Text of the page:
Moses predicted that they would not believe him, so God told him to cast his rod on the ground, and it became a serpent, and Moses fled from it. God told Moses to take it by the tail, he did so, and it became a rod again. God explained that this was so that they might believe that God had appeared to Moses. Then God told Moses to put his hand into his bosom, he did, and when he took it out, his hand was leprous, as white as snow. God told him to put his hand back into his bosom, he did, and when he took it out, it had returned to normal. God predicted that if they would not heed the first sign, then they would believe the second sign, and if they would not believe those two signs, then Moses was to take water from the river and pour it on the land, and the water would become blood. Moses protested that he was not a man of words but was slow of speech, but God asked him who had made man's mouth, so Moses should go, and God would teach him what to say. Moses pleaded with God to send someone else, and God became angry with Moses. God said that Moses' well-spoken brother Aaron was coming to meet him, Moses would tell him the words that God would teach them, he would be Moses' spokesman, and Moses would be like God to him.

Moses returned to Jethro and asked him to let him return to Egypt, and Jethro bade him to go in peace. God told Moses that he could return, for all the men who sought to kill him were dead. Moses took his wife and sons and the rod of God and returned to Egypt. God told Moses to be sure to perform for Pharaoh all the wonders that God had put in his hand, but God would harden his heart, and he would not let the people go. And Moses was to tell Pharaoh that Israel was God's firstborn son, and Pharaoh was to let God's son go to serve God, and should he refuse, God would kill Pharaoh's firstborn son.

At the lodging-place along the way, God sought to kill him. Then Zipporah took a flint and circumcised her son, and touched his legs with it, saying that he was a bridegroom of blood to her, so God let him alone.

God told Aaron to go to the wilderness to meet Moses, and he went, met him at the mountain of God, and kissed him. Moses told him all that God had said, and they gathered the Israelite elders and Aaron told them what God had said and performed the signs. The people believed, and when they heard that God had remembered them and seen their affliction, they bowed their heads and worshipped.

Moses and Aaron before Pharaoh (painting by Benjamin West)

Moses and Aaron told Pharaoh that God said to let God's people go so that they might hold a feast to God in the wilderness, but Pharaoh asked who God was that he should let Israel go. They said that God had met with them, and asked Pharaoh to let them go three days into the wilderness and sacrifice to God, lest God fall upon them with pestilence or the sword. Pharaoh asked them why they caused the people to rest from their work, and commanded that the taskmasters lay heavier work on them and no longer give them straw to make brick but force them to go and gather straw for themselves to make the same quota of bricks. The people scattered to gather straw, and the taskmasters beat the Israelite officers, asking why they had not fulfilled the quota of brick production as before. The Israelites cried to Pharaoh, asking why he dealt so harshly with his servants, but he said that they were idle if they had time to ask to go and sacrifice to God. So the officers met Moses and Aaron as they came from meeting Pharaoh and accused them of making the Israelites to smell to Pharaoh and his servants and to give them a weapon to kill the people. Moses asked God why God had dealt so ill with the people and why God had sent him, for since he came to Pharaoh to speak in God's name, he had dealt ill with the people, and God had not delivered the people. And God told Moses that now he would see what God would do to Pharaoh, for by a strong hand would he let the people go, and by a strong hand would he drive them out of his land.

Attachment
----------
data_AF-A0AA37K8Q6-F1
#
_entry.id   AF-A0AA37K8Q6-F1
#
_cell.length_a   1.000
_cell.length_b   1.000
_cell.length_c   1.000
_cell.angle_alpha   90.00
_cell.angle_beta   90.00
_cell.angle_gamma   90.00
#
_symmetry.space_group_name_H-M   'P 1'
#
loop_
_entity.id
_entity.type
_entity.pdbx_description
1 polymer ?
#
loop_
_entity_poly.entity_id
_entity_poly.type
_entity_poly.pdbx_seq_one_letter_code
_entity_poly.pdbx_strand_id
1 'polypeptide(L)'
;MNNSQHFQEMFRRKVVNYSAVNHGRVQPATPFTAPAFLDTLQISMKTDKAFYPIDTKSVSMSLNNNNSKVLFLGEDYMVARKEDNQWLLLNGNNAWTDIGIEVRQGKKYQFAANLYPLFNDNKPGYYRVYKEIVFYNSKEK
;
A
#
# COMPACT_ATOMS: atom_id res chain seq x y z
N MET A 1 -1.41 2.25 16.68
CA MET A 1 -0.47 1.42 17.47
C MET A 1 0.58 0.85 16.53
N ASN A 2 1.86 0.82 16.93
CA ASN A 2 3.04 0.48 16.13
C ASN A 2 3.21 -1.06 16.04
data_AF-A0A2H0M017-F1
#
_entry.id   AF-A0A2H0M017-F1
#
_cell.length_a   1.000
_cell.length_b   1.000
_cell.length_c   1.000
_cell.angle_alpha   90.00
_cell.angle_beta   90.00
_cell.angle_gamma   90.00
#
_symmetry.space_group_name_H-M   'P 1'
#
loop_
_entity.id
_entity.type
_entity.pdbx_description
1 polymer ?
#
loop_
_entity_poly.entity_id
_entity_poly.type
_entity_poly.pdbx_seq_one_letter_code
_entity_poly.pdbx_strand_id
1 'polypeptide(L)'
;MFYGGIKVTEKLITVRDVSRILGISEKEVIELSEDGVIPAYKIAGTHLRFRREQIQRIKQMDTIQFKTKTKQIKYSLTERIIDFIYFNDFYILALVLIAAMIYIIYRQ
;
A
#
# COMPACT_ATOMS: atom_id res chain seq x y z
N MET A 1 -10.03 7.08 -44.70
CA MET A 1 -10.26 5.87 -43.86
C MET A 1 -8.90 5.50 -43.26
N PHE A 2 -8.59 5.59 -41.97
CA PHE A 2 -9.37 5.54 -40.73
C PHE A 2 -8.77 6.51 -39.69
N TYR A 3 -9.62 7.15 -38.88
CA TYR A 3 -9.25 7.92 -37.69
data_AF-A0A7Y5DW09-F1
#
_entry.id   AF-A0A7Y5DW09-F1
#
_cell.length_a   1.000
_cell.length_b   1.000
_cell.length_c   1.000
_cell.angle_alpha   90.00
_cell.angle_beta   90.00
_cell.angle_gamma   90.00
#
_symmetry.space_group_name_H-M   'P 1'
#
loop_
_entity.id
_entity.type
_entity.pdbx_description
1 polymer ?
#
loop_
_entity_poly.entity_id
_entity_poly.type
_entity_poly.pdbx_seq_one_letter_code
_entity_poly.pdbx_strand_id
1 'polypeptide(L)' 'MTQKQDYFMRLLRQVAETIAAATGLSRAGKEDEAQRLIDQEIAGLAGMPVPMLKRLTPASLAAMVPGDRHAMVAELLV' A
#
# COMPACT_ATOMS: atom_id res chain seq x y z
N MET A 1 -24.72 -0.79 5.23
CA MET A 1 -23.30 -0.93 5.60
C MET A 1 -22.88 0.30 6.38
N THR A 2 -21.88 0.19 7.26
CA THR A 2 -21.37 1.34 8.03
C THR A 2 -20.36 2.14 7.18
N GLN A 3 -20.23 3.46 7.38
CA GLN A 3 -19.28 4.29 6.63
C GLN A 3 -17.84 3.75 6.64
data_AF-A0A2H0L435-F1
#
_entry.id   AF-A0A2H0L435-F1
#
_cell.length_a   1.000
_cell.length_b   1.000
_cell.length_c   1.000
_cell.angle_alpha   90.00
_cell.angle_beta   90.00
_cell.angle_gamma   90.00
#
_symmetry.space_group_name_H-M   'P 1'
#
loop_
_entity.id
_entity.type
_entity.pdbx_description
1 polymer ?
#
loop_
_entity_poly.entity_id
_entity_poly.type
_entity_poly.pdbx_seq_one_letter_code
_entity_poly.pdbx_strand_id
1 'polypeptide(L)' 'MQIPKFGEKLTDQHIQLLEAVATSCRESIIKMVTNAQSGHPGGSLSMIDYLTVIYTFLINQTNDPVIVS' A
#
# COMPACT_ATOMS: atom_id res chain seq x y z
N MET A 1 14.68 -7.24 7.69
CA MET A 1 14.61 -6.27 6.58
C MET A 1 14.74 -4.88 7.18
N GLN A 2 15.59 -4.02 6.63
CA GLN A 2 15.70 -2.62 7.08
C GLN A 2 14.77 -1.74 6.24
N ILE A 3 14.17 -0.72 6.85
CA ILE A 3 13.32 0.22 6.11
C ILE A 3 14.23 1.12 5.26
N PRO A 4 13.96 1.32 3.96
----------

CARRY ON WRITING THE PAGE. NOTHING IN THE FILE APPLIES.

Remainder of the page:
Hebrew-English Text
Hear the parshah chanted
Commentary from Conservative Judaism by the Jewish Theological Seminary
Commentary from Conservative Judaism by the Conservative Yeshiva
Commentary from Reform Judaism
Commentaries from Orthodox Judaism by Project Genesis
Commentaries from Orthodox Judaism by Chabad.org
Commentaries from Aish.com
Commentaries from Reconstructionist Judaism

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Dear Ellington Friends;

As many of you know, I have finally done what I've been saying I would do and I have moved away. I am now living in New York City's Upper West Side and I am no longer serving you as your shul's president. This saddens me greatly and is one of the reasons that I procrastinated so long in taking this step for myself. I would be very pleased if you would all allow me to continue to serve as your webmaster and to send out these email messages for you- just email me with any announcements you would like to have included!

Be sure that I will often be coming for visits, after all my brother and sister still live there and my parents and grandparents are in our cemetery. And if any of you have Facebook or Twitter accounts, please add me so that I can keep up on happenings up that way.

Have a good Shabbos and stay warm!
Elias Friedman A.S., EMT-P
אליהו מתתיהו בן צבי
elipongo@gmail.com
http://elipongo.blogspot.com/